The Islington, London
Many Afterworders will know The Islington well, home of the Word podcasts and hosting as it does many Massive-approved acts. I’m here to see my friends (and occasional clients) Jimmy Regal and the Royals – so, interest declared, take my review of them with as much salt as you fancy. Jimmy Regal play old-school blues without a bass player. Where most modern blues guitarists echo Stevie Ray Vaughan or 60s Clapton, guitarist Corin channels ‘Gatemouth’ Brown, T-Bone Walker and Hubert Sumlin – clean-toned and heavy on the rhythm. Singer Joff Watkins has the authoritative bark of a Howlin’ Wolf and, most impressively, has The Gift when it comes to playing harp. Jimmy Regal come onstage to about five people and leave a room full and happy.
I thought I’d stick around for the headliners, and this turns out to be a good choice. Until they replace Jimmy Regal onstage, I had never heard one note of Jeremy Porter and the Tucos. The first effect is visual – the rock’n’roll look that tells you synth solos and sequenced beats will not be forthcoming. The Tucos’ bassist is called Patty Two Shoes, which also bodes well. The music is as the Tucos’ bearing promises – Replacements, Johnny Thunders, the Clash – three-minute bursts of energy with witty lyrics. The songs tell of everything that is wonderful – and deflating – about being a rock’n’roll band who tour in van. Two-minute ‘Patty’s Not Impressed’ is a choice example, a gentle ribbing of the bass player and his prejudices: “Patty didn’t like the opening band/Even though they did their best/Patty’s not impressed”. Following this, they take pains to point out that they quite liked the opening band (who I didn’t see).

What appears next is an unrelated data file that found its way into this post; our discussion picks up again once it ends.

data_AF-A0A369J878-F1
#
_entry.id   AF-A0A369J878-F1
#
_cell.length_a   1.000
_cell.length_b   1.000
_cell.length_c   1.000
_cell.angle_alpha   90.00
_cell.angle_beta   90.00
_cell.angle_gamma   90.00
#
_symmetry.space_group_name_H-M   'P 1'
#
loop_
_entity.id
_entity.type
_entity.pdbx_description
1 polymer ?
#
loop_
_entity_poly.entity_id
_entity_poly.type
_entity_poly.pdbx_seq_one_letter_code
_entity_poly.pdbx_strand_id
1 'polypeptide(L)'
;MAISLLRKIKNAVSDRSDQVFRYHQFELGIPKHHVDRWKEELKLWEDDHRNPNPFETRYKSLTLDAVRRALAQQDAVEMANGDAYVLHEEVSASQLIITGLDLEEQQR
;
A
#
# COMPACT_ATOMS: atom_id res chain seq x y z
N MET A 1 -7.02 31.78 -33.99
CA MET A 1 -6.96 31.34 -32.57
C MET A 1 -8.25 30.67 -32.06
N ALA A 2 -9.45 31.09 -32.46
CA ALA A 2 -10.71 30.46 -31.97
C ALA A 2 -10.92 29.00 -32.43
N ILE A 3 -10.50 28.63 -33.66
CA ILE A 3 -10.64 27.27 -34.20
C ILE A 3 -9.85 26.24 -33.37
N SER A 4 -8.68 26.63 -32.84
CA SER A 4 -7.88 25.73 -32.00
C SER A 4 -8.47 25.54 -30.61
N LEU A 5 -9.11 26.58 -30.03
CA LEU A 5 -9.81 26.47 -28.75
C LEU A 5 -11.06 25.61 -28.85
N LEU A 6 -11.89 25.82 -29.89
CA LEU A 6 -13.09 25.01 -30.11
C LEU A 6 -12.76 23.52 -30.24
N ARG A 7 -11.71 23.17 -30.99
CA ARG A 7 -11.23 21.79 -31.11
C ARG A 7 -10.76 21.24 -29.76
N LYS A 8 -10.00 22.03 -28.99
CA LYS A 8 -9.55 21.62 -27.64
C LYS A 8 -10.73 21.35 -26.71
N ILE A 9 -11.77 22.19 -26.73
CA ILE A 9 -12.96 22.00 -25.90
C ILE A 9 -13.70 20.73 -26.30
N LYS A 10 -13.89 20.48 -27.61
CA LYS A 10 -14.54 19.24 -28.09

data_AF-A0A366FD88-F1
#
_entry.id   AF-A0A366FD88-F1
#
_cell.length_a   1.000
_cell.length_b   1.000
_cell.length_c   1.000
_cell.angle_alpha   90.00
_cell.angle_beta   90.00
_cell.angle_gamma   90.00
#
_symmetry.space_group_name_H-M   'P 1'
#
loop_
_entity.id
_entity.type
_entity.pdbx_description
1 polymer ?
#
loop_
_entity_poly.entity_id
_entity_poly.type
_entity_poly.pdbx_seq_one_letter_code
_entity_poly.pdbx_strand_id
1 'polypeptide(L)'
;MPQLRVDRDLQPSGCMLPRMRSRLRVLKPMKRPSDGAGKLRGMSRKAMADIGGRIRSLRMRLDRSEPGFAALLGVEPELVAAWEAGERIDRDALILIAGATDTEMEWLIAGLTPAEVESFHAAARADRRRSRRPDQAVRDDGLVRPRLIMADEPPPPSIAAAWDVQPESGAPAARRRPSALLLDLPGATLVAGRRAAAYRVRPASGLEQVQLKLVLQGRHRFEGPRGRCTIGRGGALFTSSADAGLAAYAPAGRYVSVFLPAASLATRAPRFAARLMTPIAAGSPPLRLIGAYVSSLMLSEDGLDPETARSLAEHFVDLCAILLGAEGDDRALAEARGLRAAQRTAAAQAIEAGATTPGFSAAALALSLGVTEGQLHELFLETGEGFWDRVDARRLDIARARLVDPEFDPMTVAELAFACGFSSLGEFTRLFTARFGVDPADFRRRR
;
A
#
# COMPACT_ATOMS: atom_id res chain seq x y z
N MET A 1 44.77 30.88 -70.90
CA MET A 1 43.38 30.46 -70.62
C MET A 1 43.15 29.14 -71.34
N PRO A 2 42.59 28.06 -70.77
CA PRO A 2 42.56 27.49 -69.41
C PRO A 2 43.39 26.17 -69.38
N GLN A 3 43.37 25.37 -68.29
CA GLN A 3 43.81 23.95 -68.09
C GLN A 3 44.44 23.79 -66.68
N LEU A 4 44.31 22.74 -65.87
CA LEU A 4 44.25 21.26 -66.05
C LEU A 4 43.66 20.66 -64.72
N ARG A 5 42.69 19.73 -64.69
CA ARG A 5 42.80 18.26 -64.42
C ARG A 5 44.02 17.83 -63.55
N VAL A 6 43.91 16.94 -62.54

It’s not all fantastic – ‘Huckleberry’ is a bit too punk-pop for me, but even though songs like ‘Bottled Regrets’ have a Hold Steady shaggy-dog narrative, I’m willing them on. Jeremy is a great frontman, throwing shapes, pulling faces, chatting between songs with an easy charm. This is an American thing, to my mind. Bruce has it. Dave Grohl has it. Thom Yorke does not. They mention they are from Detroit and are very proud to be so. Everyone gets thanked, especially us for ‘coming out on a Tuesday’. After 35 minutes it’s over and they get selling merch and chatting to anyone who wants to say hi.
I like nights like this.
Folks in their thirties and forties, tearing themselves from the couch as the nights draw in, and being glad they did, for the most part, although the bar prices are ridiculous enough to make people from outside London go a bit funny.
It made me think..
Blues can make you dance, if done right.
Many Americans front their bands like they do table service – friendlier, breezily efficient and designed to make the customer happy. We can’t seem to do it as well most of the time.